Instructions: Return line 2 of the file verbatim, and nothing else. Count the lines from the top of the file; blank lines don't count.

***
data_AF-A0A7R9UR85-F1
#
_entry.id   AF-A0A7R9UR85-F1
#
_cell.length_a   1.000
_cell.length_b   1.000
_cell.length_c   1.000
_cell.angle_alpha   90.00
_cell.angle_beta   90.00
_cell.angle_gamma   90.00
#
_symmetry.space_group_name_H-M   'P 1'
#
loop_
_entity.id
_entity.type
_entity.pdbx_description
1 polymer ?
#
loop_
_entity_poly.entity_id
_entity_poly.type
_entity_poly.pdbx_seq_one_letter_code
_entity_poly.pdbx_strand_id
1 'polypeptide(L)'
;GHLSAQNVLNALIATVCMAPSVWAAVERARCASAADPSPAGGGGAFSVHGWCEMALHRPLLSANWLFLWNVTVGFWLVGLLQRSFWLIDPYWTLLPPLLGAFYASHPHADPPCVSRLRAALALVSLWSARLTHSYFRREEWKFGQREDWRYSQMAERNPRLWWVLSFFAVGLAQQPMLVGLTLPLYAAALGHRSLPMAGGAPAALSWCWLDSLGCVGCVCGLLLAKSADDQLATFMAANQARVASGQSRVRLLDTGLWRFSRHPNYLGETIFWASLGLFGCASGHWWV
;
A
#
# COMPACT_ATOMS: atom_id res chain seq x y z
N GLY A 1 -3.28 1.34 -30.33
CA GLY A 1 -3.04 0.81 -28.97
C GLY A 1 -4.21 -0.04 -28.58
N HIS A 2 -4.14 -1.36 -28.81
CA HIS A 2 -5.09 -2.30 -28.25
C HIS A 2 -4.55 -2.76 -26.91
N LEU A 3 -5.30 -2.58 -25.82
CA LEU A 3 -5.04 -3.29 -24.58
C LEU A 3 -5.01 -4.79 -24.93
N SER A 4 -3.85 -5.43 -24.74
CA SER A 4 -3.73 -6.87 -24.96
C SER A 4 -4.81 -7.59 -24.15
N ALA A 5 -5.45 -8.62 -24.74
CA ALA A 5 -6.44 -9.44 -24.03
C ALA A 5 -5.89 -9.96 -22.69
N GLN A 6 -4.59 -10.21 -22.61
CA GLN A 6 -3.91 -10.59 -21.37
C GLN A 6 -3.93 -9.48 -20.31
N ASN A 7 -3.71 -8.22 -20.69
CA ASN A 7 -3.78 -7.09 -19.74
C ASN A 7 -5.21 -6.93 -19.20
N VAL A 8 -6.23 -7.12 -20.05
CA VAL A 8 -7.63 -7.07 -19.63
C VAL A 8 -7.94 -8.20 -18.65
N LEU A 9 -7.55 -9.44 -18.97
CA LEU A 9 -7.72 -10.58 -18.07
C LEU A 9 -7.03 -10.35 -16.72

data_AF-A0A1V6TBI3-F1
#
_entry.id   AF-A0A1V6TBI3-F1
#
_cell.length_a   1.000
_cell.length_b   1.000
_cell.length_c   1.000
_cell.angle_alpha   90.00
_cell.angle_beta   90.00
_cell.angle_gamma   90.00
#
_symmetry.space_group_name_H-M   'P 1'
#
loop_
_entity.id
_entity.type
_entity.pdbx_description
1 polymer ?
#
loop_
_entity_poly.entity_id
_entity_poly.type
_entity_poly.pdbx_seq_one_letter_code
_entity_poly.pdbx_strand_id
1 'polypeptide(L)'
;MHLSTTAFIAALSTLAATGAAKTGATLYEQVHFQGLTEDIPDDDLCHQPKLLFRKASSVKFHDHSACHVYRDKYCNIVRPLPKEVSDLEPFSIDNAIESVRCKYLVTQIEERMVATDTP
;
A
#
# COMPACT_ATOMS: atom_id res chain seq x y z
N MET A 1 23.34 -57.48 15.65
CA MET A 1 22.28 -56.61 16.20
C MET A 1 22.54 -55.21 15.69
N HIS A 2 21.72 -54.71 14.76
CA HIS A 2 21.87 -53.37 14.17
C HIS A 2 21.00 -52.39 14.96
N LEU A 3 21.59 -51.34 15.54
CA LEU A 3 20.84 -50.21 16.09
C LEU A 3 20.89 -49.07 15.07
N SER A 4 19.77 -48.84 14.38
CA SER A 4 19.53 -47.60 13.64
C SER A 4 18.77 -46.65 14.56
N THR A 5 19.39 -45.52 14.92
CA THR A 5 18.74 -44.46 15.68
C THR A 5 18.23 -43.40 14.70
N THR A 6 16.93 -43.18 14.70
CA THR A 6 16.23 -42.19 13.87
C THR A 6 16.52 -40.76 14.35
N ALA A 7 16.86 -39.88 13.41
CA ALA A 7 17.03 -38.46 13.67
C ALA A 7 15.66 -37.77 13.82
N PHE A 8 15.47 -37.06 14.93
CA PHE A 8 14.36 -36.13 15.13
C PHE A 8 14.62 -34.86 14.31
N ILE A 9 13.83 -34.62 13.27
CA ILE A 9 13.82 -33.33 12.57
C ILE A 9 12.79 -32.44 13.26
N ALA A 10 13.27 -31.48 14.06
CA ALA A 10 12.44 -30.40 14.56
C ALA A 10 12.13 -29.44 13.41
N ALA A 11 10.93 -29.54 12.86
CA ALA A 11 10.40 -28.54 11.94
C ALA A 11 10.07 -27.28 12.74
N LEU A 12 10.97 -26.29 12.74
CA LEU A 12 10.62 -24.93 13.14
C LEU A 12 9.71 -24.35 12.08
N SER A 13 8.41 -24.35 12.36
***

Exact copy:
#